Firstly, it’s important for those who don’t watch American sports to explain what the term “clutch” in the our article title means. The term is used regularly in US sports to describe a performance where the athlete is under pressure, usually in the last minutes of a game. An athlete who delivers “in the clutch” is one who performs when it matters, in the do or die moments. A “clutch shooter” in basketball for example is the one who brings their team home for the win in the fourth quarter and often the player given responsibility for the “buzzer shot” (final shot) when required.
So, to football. There are certainly players who drive their team forwards in “clutch situations” who are not necessarily goal scorers, but we’ll leave that assessment for another article. For now, we’re going to take a look at “clutch” goal scorers. A player who seems to always score goals when the team needs them most. A player who, when the game is on the line, can be relied upon to step up and deliver.
How should we measure a goal scorer’s ability “in the clutch” then? Our data scouting platform, TransferLab, features a “clutch” metric. TransferLab uses the name “Goal Importance” for the metric but it refers to the same thing.
“Goal importance” expresses the points added from a player’s goals based on two variables: time of goal and scoreline. This is based on historical observations across thousands of matches, which is used to generate ‘expected points’ curves based on the goal difference at a given time in the match:
When a goal is scored, the points added from that goal can be calculated as the difference between the curve for the previous points difference and the curve for the new points difference, for the minute in which the goal was scored.
For example, in the 1st minute of the game the expected points for the average home team is about 1.5pts if the scores are level. If the home team scores, this raises the expected points to about 2.5pts meaning that, on average, this goal gives one additional point for the home team. However, if the home team are 3-0 up, then the probability of not winning from that position is almost zero at any time in the game. Hence a goal scored at 3-0 up is effectively worthless in the context of gaining points.
Conversely, a goal scored by the average away team in the 90th minute at 0-0 raises the expected points from 1pt to 3pts – as the clock ticks down, the expected points tends towards the actual points given the current scoreline. Hence, a last gasp winner has the highest possible importance of 2pts whereas a goal scored at 3-0 up carries no importance.
Let’s dive in and take a look at a few different league to see who most “clutch” players of the 2018/19 season were. First off, let’s take a quick look at the top five in the Premier League:
Not too many suprises here. Sergio Aguero certainly popped up when it was needed for Manchester City – it’s not easy going 14 matches unbeaten to win the league but with players like Aguero who consistently deliver in pressure moments they made it look quite straight forward. It would seem Harry Kane is still as important as ever to Spurs.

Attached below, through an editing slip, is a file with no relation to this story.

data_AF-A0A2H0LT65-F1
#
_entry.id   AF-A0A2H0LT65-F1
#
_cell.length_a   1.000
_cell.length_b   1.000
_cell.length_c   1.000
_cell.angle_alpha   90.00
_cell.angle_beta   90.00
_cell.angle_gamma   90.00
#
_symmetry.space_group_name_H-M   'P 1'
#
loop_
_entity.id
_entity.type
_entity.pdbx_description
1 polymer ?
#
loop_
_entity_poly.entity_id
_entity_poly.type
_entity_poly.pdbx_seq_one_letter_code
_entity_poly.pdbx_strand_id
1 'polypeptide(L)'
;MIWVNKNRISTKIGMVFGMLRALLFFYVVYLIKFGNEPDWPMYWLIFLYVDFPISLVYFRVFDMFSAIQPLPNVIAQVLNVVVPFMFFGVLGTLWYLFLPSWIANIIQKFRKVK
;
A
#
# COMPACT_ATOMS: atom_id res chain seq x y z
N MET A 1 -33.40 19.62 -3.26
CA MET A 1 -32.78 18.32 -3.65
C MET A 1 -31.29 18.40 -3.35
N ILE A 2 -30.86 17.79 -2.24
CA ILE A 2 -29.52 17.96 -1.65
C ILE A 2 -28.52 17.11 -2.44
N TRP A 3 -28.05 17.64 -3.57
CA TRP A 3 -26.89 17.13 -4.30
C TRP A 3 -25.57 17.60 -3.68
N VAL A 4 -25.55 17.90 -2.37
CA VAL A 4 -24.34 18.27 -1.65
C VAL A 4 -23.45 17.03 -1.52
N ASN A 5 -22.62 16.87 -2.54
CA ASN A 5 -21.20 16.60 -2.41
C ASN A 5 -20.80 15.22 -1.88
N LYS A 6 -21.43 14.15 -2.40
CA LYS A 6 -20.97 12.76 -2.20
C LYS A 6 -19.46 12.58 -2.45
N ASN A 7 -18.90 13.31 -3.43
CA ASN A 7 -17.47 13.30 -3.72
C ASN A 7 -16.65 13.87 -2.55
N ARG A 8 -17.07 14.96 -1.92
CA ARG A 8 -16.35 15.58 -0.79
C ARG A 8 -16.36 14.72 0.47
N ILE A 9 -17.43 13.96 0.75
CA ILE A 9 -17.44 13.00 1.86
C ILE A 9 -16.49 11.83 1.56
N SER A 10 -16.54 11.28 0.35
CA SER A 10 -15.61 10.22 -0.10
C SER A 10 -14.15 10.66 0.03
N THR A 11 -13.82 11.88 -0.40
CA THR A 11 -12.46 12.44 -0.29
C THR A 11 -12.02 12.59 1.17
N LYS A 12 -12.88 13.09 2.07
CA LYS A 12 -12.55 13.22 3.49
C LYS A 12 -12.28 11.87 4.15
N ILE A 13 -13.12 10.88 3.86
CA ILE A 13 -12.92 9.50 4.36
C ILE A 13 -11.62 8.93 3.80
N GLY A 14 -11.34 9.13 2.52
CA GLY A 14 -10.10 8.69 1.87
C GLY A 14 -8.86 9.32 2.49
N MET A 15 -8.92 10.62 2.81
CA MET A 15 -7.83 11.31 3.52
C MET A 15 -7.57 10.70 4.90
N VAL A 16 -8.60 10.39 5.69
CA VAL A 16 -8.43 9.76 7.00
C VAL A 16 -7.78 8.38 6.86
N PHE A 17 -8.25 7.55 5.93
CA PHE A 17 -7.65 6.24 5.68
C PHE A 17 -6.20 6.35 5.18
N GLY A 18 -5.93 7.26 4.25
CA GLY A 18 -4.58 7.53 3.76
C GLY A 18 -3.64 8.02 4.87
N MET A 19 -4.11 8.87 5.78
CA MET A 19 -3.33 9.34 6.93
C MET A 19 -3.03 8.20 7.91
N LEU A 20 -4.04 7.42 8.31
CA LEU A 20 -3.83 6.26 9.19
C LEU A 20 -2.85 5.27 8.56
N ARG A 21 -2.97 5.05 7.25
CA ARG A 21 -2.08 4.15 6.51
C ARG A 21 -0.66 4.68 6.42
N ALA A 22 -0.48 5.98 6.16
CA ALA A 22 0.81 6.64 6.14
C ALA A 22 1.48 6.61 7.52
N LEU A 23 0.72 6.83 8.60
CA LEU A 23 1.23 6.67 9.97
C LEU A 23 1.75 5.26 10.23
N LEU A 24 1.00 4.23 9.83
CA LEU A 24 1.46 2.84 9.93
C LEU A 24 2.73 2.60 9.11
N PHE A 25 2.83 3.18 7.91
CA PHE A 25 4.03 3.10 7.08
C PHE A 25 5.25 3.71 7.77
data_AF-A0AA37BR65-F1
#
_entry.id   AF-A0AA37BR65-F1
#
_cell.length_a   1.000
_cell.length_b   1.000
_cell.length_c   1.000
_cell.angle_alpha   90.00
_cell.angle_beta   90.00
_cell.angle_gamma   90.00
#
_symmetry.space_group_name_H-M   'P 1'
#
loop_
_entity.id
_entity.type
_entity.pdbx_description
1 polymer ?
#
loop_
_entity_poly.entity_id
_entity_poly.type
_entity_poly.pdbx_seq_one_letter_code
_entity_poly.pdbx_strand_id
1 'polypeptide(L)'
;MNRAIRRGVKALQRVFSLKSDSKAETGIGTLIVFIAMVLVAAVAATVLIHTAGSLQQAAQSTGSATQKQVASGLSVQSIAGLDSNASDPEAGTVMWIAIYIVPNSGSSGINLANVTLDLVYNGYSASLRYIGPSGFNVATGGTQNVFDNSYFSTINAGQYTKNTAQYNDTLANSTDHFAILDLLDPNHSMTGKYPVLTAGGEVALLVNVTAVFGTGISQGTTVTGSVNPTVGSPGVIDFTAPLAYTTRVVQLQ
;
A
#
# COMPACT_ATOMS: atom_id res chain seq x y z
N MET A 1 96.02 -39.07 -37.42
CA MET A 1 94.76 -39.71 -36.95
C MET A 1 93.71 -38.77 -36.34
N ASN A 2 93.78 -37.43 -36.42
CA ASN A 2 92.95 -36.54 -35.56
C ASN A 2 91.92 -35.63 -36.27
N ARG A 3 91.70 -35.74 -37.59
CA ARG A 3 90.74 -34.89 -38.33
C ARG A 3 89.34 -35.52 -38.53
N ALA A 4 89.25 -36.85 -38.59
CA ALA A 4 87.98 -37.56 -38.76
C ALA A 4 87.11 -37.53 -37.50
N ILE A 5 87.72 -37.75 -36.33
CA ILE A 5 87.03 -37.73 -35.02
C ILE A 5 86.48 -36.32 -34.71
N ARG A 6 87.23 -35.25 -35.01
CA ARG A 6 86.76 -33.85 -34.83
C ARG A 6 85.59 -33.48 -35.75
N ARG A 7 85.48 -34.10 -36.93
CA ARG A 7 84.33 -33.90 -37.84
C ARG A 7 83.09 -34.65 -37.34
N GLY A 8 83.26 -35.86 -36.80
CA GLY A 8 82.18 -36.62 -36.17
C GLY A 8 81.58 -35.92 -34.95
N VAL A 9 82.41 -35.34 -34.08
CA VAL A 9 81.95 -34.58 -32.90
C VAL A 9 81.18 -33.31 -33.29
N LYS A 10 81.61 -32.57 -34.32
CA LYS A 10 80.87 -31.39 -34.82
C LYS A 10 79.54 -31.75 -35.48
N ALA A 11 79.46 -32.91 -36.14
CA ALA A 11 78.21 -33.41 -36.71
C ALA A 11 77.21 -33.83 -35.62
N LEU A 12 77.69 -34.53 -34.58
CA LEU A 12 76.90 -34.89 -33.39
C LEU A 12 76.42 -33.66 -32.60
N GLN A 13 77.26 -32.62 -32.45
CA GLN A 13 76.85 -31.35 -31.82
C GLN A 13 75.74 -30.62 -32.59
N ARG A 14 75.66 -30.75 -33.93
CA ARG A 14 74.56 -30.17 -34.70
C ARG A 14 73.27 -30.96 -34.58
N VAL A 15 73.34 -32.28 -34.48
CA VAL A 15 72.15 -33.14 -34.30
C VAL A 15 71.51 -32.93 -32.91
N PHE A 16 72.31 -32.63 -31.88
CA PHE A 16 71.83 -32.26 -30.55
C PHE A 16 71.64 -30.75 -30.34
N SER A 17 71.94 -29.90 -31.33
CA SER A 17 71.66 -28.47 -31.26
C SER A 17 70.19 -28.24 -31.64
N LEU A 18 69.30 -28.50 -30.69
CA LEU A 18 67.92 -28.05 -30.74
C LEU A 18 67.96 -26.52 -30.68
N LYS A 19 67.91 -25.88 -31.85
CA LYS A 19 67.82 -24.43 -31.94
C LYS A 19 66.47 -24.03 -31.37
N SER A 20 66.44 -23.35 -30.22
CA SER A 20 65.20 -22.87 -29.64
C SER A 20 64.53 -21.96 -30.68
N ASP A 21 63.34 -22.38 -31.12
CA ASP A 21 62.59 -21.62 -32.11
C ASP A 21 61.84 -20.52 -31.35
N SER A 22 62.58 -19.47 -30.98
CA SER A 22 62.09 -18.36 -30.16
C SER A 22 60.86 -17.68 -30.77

Glenn Murray’s contribution to keeping Brighton in the Premier League this season should not be under estimated. Looking at when his Goal Importance contribution came makes for interesting reading. His form between Game Week 1 and Game Week 15 was a key factor in Brighton’s survival. Without his contribution and those points in the bag their end of season slump would surely have seen them relegated:
EFL League One certainly tells some interesting stories:
Kieffer Moore, Cauley Woodrow and Lyle Taylor were, of course, hugely important in their sides achieving promotion. But again, it was another survival story which caught the attention here. The impact Wally Downes had on AFC Wimbledon after his arrival in December was hugely important. However, it’s quite incredible to see how much of a catalyst Joe Pigott was to their great escape during the the last quarter of the season. You can see below his contribution during the run-in.
How about the top five in Major League Soccer over the last 12 months?:
Zlatan Ibrahimovic is the epitome of a big game player. Everywhere he’s been in his career he’s been a match winner, so it’s no surprise to see him at the top of the charts here. Josef Martinez has also built a reputation as the “main man” at Atlanta United. He was of course the scorer of the game winning goal in the MLS Cup final last season against Portland. Rumours persist of a move to Europe for him. It’s also interesting to see the ex-Arsenal man Carlos Vela in the top five too. He’s having a stellar season for LAFC. Could he be the one to deliver a first championship for them in only their second full season in MLS?
The most clutch player in the world this season however, is a player not many will have heard of, but his goalscoring record is truly ridiculous!:
Germán Cano, plays for Deportivo Independiente Medellín in Colombia. He has become somewhat of a club legend. Last season he scored 15 goals in 16 league games to propel DIM to a second place finish and a place in the Copa Libertadores.
The Goal Importance metric can give a lot of insights into the true value of a goal scorer as well as uncovering some interesting stories of player impact. Analytics FC’s TransferLab platform has a number of interesting advanced metrics of this nature to explore, including Assist Importance. Maybe looking into the most Clutch Assist providers in the game would be an interesting article for the future!
For information on our data services, including our data scouting platform, TransferLab, visit analyticsfc.co.uk.